Can You Heat Up a Thermos In The Microwave?

Thermoses are great at keeping food warm if it's already hot, but can you heat up a thermos in the microwave?

Maybe your soup has gone cold and it needs a little zap to get up to temperature, or maybe you've been storing food cold and want to warm it up to eat.

We have all be told at one point or another not to put metal in a microwave, but what about thermoses? What happens if you put a thermos in a microwave.

Despite what is commonly believed you CAN put a metal thermos in the microwave without any major issues, it won't explode, spark or set on fire. The thick metal walls will cause the food or drink inside to heat up slower and less evenly than in a plastic, glass or ceramic cup/bowl.

You'll want to open the lid of your thermos to warm up your food or drink because apparently the microwaves can't pass through metal (thus why your microwave is made from metal).

However, if you have the lid open a little bit then at least some microwaves can get in through the opening at the top to warm up your food.

Will Putting a Thermos In The Microwave Break My Thermos or Microwave?

When people ask this question on forums and places like Quora there are people who will passionately respond that if you do so you're going to blow up your thermos and destroy your microwave.

There is a common belief that putting metal in the microwave is no allowed and is dangerous. But this is only sort of true.

Thin metal (like aluminium foil) can get very hot in the microwave and the bumps and sharp edge in alfoil as well as forks can cause sparks.

However, putting in smooth thick metal objects like a thermos is highly unlikely to cause any sparks at all.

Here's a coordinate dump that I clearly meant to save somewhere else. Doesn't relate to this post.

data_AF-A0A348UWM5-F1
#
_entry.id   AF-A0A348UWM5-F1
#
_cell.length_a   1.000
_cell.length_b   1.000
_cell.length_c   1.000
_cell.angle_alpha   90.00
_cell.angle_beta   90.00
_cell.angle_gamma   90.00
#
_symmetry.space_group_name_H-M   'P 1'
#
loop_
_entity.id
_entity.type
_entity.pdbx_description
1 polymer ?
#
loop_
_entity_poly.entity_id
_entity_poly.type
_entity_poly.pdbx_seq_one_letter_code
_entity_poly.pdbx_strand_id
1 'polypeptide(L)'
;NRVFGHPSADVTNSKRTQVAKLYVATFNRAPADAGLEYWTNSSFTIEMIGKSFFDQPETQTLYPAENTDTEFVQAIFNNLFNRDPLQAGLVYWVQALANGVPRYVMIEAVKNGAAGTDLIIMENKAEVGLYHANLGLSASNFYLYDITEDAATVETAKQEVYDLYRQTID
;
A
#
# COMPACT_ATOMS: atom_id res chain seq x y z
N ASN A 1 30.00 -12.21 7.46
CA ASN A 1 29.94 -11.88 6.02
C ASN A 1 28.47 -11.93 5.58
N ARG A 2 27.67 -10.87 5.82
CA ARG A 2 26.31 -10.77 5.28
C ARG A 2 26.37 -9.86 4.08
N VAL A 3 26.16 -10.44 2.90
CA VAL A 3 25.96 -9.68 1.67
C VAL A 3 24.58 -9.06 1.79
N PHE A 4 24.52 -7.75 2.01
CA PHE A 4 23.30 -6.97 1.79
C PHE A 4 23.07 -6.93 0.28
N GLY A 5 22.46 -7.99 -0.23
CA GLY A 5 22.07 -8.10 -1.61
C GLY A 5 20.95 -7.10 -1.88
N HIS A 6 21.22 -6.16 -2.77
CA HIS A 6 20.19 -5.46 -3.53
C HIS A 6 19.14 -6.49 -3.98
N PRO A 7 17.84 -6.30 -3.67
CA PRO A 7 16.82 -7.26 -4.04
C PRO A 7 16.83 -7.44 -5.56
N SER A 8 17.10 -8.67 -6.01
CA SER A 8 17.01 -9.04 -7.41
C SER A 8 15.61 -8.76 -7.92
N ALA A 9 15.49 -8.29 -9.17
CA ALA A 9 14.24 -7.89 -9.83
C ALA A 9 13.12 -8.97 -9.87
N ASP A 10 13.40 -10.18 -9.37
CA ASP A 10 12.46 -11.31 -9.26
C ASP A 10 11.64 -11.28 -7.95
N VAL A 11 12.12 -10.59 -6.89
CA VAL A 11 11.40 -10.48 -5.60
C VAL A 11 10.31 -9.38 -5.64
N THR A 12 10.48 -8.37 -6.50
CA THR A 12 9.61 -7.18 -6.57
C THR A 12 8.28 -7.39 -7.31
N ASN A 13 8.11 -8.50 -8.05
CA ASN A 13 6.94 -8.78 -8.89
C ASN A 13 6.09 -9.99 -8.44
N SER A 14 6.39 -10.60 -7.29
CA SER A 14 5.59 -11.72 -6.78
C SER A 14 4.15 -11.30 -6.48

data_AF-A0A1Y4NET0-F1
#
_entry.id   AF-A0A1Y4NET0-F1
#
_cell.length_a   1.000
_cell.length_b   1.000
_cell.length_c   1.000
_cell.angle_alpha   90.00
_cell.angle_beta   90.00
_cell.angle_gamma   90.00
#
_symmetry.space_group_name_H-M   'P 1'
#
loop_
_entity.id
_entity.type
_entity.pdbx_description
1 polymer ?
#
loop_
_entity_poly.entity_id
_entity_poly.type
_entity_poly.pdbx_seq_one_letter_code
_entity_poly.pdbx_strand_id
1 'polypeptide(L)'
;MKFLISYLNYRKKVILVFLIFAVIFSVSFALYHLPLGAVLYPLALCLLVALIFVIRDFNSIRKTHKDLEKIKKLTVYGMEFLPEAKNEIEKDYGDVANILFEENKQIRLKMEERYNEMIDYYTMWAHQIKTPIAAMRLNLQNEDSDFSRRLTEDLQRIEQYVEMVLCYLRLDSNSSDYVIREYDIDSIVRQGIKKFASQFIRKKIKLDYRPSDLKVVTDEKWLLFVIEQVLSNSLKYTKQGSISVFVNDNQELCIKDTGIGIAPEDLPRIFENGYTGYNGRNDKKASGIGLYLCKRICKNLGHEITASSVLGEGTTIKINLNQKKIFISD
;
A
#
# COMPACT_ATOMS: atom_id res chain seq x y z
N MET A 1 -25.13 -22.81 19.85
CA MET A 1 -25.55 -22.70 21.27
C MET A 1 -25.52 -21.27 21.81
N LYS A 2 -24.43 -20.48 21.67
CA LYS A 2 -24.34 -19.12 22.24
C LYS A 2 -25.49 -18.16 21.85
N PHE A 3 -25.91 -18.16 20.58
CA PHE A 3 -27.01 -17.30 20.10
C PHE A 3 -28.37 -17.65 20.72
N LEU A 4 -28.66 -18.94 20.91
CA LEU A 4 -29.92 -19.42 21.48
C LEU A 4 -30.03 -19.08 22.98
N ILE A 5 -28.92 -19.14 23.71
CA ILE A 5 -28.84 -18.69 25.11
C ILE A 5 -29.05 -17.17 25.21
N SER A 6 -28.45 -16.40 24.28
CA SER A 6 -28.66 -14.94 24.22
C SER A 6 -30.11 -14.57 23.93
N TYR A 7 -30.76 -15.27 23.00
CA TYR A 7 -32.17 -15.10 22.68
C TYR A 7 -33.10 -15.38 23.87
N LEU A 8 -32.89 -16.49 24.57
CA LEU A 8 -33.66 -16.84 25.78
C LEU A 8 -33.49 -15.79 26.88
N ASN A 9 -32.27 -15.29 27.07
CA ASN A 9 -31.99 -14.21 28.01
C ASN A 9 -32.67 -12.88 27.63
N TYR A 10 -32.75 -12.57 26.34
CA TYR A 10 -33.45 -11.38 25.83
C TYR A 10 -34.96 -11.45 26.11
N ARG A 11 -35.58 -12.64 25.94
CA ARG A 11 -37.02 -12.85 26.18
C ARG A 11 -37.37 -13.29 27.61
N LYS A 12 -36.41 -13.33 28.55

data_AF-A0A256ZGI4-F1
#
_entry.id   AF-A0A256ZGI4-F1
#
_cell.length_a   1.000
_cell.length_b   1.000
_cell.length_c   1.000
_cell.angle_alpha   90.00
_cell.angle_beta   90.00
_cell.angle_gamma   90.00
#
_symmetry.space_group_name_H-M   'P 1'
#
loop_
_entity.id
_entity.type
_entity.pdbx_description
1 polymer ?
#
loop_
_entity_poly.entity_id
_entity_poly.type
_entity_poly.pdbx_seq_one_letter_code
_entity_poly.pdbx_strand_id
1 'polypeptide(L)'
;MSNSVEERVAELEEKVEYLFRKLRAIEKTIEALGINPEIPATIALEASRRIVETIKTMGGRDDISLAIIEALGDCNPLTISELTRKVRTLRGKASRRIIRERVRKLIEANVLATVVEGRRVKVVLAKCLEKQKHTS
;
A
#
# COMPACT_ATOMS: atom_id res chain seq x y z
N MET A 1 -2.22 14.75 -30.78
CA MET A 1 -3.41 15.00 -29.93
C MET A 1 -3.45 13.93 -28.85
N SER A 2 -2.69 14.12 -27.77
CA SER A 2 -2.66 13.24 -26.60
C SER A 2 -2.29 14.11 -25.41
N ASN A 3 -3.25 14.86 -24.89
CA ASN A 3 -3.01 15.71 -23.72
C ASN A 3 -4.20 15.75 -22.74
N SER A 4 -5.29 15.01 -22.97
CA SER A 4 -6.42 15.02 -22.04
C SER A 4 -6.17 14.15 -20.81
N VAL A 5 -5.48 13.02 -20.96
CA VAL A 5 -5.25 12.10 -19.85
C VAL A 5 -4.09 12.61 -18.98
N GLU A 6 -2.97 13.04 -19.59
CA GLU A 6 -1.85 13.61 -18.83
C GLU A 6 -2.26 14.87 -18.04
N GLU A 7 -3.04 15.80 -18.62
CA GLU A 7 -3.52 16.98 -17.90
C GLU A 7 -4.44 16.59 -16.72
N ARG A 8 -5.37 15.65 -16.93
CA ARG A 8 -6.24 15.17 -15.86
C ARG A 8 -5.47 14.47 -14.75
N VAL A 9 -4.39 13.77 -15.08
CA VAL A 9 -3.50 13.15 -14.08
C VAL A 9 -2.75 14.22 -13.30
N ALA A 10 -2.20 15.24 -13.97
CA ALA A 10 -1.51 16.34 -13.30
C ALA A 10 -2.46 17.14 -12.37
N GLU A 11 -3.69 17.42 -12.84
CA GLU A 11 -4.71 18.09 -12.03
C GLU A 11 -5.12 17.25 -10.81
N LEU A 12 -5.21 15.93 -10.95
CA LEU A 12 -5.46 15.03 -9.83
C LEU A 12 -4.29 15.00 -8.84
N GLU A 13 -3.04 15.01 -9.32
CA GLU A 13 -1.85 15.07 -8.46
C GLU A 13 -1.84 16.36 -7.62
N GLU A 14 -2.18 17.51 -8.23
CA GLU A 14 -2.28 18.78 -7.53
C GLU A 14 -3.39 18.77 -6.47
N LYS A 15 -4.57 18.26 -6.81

The below video shows me putting a Yeti cup (also double insulated just like a thermos) in my microwave for a full minute without any issues:

There is also the below video where you can see someone putting in aluminium foil scrunched up and then in a smooth ball.

The scrunched up pieces spark and cause damage but the smooth ball does absolutely nothing

Your thermos is much more like the smooth ball than it is like the scrunched up bits of alfoil.

So the chances of sparks flying and flames growing and explosions…exploding are pretty slim.

What Happens When You Heat Up a Thermos In The Microwave

So what exactly happens when you heat up a thermos in the microwave?

When you heat up a thermos in a microwave the metal of the thermos reflect the microwaves and warms up slightly. With the lid open the inside contents will warm up, but much slower than in a glass, plastic or ceramic container.

Basically putting a thermos in a microwave is extremely inefficient. The stainless steel exterior of the thermos will reflect almost all of the microwaves meaning they can't get into your food.

With the top of the thermos open microwaves can get into your food/drink and warm them up, albeit slowly.

In my experiment when I put a Yeti cup in a microwave the water inside the Yeti cup rose in temperature by 20ºF (11ºC). This was enough to be noticeable but it wasn't a huge amount.

When I put a glass cup in the same microwave with the same amount of water the temperature of the water increased by approximately 63ºF (35ºC).

So it was much more effective to use a glass, plastic or ceramic cup or bowl as microwaves are able to pass through this.

Putting a thermos in the microwave also means the microwaves can only enter from the top, not from all directions.

This means that your food or drink will heat up less evenly when placed in the microwave inside a thermos.

In Summary

In summary, you can safely put a thermos in the microwave without any real issues.

You'll need to take the lid off and it won't heat up food or drink as quickly or as evenly as using a glass, plastic or ceramic container but it will still work.

You should still watch your thermos in the microwave just in case you see sparks, in which case you should stop the microwave immediately.

Also be careful when getting your thermos out of the microwave as the metal may have become hot to touch.